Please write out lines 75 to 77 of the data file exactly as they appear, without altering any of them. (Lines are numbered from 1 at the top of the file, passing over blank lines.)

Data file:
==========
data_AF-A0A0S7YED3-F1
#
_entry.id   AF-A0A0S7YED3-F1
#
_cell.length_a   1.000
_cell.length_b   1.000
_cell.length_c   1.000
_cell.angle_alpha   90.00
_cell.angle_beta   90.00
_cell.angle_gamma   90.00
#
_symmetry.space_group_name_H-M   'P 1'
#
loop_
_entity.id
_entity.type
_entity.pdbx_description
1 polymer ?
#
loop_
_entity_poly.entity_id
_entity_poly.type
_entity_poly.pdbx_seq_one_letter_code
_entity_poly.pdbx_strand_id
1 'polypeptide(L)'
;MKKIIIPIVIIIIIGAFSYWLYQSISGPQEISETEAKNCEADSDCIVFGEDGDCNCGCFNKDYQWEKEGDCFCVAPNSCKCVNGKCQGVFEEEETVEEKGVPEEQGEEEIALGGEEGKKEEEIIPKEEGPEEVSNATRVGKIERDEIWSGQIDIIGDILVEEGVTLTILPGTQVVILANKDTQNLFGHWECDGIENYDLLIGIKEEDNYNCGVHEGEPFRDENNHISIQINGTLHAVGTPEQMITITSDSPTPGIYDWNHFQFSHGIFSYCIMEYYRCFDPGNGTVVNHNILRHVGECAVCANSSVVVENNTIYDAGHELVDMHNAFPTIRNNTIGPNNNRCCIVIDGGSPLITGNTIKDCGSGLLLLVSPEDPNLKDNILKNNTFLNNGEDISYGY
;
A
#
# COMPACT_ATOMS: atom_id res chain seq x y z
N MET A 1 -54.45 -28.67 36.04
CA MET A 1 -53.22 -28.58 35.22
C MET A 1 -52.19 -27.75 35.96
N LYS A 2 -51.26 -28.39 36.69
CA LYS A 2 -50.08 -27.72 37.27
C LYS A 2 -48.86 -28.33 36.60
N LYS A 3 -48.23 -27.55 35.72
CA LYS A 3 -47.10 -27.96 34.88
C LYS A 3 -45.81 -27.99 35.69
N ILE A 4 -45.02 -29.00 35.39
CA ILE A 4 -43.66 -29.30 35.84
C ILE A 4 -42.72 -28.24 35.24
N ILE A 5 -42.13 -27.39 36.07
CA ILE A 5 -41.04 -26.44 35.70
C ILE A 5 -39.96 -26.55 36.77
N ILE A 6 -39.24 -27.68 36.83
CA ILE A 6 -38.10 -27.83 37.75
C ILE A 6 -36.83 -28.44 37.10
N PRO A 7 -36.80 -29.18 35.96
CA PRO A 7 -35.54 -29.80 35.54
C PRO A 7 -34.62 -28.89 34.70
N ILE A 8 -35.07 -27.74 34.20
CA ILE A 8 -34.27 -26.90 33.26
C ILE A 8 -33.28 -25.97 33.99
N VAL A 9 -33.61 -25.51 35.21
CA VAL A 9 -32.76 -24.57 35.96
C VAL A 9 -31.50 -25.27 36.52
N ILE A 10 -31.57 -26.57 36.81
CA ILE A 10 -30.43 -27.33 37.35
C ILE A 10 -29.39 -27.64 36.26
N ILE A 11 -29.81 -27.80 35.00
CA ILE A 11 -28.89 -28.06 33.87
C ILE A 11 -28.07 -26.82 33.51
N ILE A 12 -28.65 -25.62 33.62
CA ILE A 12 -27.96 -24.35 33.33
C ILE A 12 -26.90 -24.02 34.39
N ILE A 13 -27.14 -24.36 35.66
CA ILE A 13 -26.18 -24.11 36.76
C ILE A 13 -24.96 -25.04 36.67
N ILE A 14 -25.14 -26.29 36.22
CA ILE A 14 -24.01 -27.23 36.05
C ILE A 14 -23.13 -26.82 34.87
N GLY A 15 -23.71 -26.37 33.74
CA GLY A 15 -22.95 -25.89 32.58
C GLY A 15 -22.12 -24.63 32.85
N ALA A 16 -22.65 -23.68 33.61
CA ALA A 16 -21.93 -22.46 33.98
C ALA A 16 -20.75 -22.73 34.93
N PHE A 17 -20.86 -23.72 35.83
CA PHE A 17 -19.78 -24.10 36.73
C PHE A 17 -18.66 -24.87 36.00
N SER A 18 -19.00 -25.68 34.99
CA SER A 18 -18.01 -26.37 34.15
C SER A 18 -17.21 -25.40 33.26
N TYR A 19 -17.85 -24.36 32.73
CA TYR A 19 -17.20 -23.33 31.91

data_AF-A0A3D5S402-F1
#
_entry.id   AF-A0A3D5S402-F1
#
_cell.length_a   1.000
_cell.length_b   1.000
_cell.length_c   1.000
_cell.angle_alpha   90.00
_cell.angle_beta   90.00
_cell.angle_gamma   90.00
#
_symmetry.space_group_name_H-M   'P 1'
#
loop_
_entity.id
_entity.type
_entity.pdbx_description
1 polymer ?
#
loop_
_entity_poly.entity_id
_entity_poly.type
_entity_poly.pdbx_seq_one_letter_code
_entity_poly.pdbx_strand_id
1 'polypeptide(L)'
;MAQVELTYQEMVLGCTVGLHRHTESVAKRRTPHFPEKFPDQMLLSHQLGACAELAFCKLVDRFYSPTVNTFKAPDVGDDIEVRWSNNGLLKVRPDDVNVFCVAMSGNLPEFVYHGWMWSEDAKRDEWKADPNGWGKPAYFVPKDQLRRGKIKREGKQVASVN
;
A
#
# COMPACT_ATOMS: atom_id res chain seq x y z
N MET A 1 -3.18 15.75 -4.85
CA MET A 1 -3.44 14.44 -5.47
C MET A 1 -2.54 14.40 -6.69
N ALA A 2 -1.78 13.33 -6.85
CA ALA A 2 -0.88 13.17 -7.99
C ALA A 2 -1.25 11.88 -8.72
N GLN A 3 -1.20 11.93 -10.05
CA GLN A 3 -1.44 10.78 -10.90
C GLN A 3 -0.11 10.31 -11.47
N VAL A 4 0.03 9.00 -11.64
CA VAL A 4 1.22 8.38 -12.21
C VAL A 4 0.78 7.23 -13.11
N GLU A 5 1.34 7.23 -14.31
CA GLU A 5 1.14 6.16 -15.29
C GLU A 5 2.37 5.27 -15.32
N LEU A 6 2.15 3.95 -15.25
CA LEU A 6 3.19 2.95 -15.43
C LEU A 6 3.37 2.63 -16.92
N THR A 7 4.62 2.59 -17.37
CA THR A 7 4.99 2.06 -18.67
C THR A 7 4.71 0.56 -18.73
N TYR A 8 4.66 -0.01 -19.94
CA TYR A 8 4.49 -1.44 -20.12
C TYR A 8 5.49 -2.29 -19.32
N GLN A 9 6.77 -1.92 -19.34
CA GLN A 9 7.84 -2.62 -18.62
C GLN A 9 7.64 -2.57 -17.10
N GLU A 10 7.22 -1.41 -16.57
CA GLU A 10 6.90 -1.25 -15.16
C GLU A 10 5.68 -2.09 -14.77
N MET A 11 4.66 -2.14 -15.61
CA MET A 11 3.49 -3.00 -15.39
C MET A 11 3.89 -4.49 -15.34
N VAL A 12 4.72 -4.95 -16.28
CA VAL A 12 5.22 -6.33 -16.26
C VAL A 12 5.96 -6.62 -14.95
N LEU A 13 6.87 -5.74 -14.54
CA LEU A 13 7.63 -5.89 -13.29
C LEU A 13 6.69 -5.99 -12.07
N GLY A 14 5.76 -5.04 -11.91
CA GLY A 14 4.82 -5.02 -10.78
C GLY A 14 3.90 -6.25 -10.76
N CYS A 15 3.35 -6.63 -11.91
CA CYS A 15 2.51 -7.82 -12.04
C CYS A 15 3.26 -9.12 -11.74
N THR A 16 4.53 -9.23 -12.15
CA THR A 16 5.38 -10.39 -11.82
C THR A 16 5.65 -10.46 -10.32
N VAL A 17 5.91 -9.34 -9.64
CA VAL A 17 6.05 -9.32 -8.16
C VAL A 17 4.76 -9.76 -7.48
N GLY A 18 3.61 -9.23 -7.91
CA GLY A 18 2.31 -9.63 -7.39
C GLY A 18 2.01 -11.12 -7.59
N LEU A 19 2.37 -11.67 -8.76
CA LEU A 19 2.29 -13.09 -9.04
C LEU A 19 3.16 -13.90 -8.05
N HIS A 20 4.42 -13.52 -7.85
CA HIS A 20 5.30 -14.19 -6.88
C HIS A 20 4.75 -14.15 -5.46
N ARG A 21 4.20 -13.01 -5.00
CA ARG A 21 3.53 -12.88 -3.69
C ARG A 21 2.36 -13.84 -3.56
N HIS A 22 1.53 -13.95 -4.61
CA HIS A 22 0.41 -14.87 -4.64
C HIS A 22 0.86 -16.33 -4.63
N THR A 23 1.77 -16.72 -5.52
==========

C GLY A 15 -22.12 -24.63 32.85
N ALA A 16 -22.65 -23.68 33.61
CA ALA A 16 -21.93 -22.46 33.98